Control of Vascular Resistance Flashcards Preview

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Flashcards in Control of Vascular Resistance Deck (19)
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What leads to release of NO? Mechanism?

ACh. Ca2+ influx activates eNos, argine -> citrilline producing NO. NO diffused out of endothelium into muscle cell where it activates guanylyl cyclase. GTP -> GMP and PKC leading to relaxation


Other endothelium derived vasodilators?

EDHF - hyperpolarises the membrane, preventing contraction

Prostacyclin - generated from AA by COX, reduces intracellular Ca2+ via cAMP pathway and MLCK activity


Endothelium derived vasoconstrictor?

Endothelin - binds ET-R on SMC to increase intracellular Ca2+ and SMC contraction


What is the effect of atherosclerosis?

Reduces production of NO. Vasculature will still react in the same way as non-pathologica tissue if exposed to an NO donor.

Uncoupling of NO synthesis due to lack of availability of BH4 or arginine produces superoxide which can further damage the endothelium.


Why control blood flow?

Reduce cardiac work
Adequately meet metabolic needs


How is blood flow controlled? (general)

Local mediators
Physical factors


Where do metabolic vasodilators act?

Terminal resistance arterioles


3 mechanisms of autoregulation?

Myogenic mechanism
Vasodilator washout
Tissue fluid pressure


Myogenic mechanism?

Proposed by Bayliss, 1902. Increased perfusion pressure increases wall tension, VSMC contracts when stretched and relaxes when passively shortened. Action purely myogenic, no mediators required. Involves activation of L-type Ca2+ channels and PKC to enhance contractility. Braking mechanism includes Ca2+ activated K+ channels and shear induced NO release.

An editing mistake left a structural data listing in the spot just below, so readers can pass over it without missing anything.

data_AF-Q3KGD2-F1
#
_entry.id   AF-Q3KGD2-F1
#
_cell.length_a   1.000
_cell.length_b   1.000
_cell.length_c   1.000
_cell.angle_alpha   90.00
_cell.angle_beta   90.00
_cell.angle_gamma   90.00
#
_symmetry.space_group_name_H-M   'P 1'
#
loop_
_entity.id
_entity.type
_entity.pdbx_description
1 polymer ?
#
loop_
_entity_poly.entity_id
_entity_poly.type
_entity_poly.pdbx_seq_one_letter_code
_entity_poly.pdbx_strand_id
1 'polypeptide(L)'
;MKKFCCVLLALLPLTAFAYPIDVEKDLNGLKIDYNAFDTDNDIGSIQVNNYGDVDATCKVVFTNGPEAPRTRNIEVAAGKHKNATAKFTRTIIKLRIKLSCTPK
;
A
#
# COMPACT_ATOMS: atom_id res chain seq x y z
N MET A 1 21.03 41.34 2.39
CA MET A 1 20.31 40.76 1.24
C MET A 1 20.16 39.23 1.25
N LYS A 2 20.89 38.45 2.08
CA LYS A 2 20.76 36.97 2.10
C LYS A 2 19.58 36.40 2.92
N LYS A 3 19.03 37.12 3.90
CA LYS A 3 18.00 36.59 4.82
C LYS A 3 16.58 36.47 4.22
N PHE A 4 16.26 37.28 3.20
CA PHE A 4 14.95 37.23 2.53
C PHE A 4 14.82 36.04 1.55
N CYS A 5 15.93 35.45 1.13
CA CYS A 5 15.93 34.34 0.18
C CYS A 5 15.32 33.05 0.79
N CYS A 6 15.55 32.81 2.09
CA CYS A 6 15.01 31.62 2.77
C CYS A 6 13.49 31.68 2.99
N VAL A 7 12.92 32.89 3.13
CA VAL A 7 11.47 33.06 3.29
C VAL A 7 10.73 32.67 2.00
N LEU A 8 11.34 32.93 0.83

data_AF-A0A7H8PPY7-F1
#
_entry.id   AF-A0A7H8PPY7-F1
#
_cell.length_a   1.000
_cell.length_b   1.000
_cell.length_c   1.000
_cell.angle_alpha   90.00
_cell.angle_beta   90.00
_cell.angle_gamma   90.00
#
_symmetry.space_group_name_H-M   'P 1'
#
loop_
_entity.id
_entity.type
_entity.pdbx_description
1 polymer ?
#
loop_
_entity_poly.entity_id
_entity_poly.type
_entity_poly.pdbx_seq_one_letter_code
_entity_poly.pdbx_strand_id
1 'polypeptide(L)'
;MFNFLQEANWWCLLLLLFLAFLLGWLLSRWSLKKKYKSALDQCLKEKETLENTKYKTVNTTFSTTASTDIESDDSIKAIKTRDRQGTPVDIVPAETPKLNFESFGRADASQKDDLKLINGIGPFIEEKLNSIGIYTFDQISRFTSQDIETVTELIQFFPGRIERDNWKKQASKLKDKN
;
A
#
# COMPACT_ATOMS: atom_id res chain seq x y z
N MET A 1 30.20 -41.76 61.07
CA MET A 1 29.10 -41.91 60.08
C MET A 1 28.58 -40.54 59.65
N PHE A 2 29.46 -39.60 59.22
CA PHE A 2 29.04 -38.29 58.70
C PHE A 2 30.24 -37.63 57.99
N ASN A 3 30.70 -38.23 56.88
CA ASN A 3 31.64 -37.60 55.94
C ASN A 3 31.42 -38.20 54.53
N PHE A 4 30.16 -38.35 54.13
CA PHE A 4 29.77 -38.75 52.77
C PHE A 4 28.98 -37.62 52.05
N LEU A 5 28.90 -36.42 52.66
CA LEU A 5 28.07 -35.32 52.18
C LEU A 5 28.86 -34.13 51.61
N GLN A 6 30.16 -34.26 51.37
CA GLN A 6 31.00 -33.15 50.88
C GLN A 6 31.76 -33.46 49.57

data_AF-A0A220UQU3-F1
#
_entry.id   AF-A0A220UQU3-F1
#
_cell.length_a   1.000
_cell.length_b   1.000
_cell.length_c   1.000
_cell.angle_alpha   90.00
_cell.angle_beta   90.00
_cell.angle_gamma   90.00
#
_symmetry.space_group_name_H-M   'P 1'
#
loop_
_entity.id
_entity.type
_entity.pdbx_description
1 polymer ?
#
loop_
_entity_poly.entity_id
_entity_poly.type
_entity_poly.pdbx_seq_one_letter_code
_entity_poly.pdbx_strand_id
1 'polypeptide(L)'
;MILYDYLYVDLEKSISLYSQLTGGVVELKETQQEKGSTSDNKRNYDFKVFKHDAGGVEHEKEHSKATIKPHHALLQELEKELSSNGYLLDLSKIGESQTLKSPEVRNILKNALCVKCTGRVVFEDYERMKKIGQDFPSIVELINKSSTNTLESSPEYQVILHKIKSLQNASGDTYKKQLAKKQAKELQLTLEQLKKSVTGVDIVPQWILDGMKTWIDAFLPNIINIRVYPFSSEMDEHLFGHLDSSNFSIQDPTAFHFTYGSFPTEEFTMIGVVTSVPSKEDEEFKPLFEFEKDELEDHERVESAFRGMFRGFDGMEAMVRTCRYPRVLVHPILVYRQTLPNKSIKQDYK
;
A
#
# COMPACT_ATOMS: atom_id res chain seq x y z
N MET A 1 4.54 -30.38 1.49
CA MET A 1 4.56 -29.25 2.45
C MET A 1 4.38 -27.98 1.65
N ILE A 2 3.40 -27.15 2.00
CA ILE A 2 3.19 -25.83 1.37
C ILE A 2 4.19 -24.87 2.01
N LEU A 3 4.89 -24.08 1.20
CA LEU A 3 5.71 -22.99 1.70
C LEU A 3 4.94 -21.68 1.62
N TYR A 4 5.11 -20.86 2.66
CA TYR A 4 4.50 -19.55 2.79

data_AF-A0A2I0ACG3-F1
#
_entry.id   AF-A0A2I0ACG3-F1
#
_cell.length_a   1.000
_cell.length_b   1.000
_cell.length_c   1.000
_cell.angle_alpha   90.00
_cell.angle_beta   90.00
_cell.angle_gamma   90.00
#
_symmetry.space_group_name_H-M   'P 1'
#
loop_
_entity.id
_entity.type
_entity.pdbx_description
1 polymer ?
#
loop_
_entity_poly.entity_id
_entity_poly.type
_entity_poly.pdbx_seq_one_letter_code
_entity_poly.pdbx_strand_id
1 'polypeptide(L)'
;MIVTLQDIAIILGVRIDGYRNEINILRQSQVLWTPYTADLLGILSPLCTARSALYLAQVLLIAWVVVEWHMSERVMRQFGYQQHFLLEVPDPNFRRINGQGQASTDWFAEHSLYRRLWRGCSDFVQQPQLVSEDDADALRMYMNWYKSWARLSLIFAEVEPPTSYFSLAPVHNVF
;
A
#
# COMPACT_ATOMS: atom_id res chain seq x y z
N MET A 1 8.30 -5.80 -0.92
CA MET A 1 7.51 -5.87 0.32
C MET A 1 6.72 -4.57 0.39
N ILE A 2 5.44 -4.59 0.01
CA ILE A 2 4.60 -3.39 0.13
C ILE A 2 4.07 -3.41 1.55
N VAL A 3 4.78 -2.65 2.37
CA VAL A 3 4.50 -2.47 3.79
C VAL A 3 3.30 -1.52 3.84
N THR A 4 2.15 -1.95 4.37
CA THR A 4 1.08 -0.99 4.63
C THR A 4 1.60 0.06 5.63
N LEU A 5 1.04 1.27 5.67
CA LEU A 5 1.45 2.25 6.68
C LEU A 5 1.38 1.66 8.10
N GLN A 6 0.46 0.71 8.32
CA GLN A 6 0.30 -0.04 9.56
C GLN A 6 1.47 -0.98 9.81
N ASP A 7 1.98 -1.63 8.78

Tissue pressure mechanism of autoregulation?

Increased perfusion pressure increases flow out of capillaries, increasing tissue vol and therefore pressure. This reduces the transmural pressure distending the vessel, increasing vessel resistance and therefore reducing flow.


Vasodilator washout mechanism of autoregulation?

Increased blood flow washes out local vasodilators


What is active/metabolic hyperaemia?

Increased tissue metabolic activity causes local vasodilation due to release of local metabolites. Eg adenosine, K+, H+, hypoxia, Pi, hyperosmolarity, CO2


Reactive/ischaemic hyperaemia?

Due to myogenic response and local accumulation of vasodilators.

Risk of re-perfusion injury.


Effect hypoxia?
Effect hypercapnia?
Effect increased interstitial K+?
Effect of changes interstital ADP/ATP/adenosine?
Effect of decreased interstitial ATP?

Released adenosine, decreased intracellular ATP
Decreased pH
Depolarisation, opens VGCC
Activates purinergic-R
Opens K-ATP channels


Effect of histamine?

Vasodilator. Released from mast cells and leukocytes in response to injury. Extravasation of plasma proteins. Leads to oedema and inflammation. Increases NO release fro endothelium via Histamine-R.


Effects of bradykinin?

Vasodilator formed by enzyme kallikrein during inflammation, contributes to hyperaemia by increasing No release from endothelium. Sensitises nerves.


Effect 5-HT?

Derivative of tryptophan, released from platelets to cause vasoconstriction of arteries and veins.


Effects thromboxane?

Formed from AA and released from platelets to cause vasoconstriction. Aspirin inhibits synthesis.


Effect alpha-R? Effect beta-R? ACh-R?

Vasoconstrict. Vasodilate. Vasodilate.